Eagle County Commissioners to back some pieces of Hidden Gems proposal
The Eagle County Commissioners aren’t sending a letter to Congressman Jared Polis to endorse the Hidden Gems proposal, but the commissioners are expected to support portions of the proposal, while opposing others.
Commissioner Jon Stavney told the Vail Town Council that after hearing a lot of input from both supporters and opponents of the proposal, the commissioners decided the only way they could provide input to Polis would be to examine each specific site in the proposal.
The Hidden Gems proposal is seeking to get the U.S. Congress to designate 379,600 acres in Colorado as wilderness, with 198,600 of those acres in Eagle County. The commissioners asked the Vail Town Council for input on the areas proposed near Vail, Spraddle Creek and Lower Piney.
“We’re looking for input on where the proposal might infringe on people’s historic use [of those areas],” Stavney said.
Commissioner Sara Fisher said the Hidden Gems Wilderness Campaign organizers originally asked the commissioners to write a letter of support to Polis, but after hearing the public speak out, the commissioners realized that wasn’t possible.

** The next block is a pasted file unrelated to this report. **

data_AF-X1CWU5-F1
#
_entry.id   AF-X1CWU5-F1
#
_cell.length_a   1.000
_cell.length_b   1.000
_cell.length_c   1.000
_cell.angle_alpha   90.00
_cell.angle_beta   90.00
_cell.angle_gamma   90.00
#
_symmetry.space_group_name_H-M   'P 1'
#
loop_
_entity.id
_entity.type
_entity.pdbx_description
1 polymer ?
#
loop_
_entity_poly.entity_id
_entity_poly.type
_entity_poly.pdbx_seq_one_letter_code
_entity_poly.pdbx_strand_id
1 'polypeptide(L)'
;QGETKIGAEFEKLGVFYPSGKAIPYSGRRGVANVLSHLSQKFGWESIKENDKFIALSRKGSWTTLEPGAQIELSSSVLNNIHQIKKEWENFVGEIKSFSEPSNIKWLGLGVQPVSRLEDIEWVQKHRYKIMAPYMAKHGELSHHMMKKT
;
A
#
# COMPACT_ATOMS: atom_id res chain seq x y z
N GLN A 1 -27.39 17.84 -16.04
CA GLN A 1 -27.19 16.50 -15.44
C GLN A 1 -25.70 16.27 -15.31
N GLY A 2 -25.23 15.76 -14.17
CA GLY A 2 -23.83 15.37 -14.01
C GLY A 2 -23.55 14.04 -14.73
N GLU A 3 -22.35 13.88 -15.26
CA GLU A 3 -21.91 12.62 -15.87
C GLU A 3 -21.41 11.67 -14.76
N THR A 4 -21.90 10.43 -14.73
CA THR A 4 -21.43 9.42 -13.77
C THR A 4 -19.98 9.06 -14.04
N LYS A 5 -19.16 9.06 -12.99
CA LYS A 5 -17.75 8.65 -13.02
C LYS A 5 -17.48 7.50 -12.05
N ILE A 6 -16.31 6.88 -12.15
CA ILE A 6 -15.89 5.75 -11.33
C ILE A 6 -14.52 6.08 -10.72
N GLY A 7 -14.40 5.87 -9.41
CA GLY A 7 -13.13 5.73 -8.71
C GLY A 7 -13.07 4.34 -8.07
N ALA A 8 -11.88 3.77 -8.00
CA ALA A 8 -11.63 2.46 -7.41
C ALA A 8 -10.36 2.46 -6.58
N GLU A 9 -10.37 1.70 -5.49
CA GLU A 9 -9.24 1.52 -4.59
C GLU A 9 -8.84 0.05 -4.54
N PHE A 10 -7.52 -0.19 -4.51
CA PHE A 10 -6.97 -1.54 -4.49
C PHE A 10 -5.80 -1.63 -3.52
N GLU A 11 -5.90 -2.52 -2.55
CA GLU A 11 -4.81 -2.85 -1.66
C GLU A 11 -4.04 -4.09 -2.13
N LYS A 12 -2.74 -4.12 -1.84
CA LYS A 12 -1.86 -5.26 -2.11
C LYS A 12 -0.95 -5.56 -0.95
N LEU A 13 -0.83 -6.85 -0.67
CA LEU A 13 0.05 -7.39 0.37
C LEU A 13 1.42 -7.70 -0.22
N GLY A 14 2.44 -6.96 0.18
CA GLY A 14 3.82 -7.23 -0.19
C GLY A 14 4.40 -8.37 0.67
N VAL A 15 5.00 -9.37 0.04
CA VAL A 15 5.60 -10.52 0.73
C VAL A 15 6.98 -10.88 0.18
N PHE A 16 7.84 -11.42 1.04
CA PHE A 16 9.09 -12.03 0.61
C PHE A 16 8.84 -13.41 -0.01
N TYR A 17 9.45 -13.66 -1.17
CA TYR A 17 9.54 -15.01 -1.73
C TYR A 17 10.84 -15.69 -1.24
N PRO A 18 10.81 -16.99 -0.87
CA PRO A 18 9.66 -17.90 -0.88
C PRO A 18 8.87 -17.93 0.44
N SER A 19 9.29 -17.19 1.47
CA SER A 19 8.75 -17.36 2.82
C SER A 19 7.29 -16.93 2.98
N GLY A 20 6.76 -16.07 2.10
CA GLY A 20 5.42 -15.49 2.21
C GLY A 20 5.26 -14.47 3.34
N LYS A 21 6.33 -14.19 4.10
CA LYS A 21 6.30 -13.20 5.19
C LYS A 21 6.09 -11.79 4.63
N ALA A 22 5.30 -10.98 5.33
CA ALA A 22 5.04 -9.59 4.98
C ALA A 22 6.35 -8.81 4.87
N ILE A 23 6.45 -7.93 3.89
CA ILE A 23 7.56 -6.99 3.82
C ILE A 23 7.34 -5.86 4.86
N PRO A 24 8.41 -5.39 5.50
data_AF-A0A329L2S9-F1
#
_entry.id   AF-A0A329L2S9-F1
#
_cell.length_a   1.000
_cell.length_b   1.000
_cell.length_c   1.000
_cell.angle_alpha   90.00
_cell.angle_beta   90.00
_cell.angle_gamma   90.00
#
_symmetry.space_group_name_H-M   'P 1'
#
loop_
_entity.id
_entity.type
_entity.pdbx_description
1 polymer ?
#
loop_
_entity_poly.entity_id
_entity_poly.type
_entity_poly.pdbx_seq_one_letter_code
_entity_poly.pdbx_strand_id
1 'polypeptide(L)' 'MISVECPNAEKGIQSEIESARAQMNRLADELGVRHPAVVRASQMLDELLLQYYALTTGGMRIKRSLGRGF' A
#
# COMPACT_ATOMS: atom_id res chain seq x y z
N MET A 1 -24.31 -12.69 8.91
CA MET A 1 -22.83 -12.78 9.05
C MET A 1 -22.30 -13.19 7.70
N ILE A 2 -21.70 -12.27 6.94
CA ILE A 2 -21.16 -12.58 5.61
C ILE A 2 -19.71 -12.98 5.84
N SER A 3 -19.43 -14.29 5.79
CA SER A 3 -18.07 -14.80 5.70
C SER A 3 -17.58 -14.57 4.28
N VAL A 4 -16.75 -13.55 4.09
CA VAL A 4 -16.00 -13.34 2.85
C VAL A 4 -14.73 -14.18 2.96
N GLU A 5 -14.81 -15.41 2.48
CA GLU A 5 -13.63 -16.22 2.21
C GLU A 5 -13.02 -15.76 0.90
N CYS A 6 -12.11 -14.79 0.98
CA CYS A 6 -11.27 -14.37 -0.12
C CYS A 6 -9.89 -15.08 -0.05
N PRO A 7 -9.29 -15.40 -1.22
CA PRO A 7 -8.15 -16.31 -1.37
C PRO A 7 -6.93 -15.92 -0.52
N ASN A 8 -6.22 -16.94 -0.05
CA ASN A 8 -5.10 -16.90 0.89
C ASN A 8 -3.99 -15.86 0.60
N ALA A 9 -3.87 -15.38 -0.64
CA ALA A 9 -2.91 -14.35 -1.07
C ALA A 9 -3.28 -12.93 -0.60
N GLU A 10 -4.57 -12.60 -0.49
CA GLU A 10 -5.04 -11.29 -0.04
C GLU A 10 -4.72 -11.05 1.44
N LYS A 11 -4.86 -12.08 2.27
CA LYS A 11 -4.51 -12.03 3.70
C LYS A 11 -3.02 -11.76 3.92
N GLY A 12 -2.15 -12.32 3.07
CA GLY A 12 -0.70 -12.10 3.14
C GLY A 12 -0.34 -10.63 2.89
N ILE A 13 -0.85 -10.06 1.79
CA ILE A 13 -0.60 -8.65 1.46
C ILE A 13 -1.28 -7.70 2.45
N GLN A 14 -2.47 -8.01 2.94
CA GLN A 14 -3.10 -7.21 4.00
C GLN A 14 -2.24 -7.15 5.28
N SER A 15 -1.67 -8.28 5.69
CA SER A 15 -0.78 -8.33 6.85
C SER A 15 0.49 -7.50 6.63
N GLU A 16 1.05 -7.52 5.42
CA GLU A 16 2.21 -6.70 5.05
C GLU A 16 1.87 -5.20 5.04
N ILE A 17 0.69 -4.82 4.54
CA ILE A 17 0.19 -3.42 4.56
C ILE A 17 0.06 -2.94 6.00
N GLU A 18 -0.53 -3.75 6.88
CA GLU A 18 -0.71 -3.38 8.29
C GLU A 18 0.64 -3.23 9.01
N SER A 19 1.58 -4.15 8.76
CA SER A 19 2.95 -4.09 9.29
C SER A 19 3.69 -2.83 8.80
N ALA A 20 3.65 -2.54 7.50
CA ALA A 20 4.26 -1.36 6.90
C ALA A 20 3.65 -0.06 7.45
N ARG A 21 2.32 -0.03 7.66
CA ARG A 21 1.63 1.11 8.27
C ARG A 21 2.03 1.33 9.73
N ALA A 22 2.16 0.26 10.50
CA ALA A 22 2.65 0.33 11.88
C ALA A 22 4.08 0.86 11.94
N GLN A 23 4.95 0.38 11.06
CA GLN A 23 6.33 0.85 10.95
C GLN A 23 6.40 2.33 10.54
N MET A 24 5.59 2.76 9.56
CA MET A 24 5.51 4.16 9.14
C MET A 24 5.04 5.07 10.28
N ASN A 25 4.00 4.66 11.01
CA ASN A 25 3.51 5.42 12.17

The letter they will write will just be to inform Polis on the input they’ve received locally, based on the analysis done on the various areas in the proposal.
“Because we didn’t feel we could write a letter of support as requested, but we could provide informational background for Polis,” Fisher said.
Vail Town Manager Stan Zemler said the Hidden Gems supporters have asked to present more information to the Town Council in early April, which is when the Town Council will likely talk about whether council members see Spraddle Creek and Lower Piney as valid places for wilderness designations.
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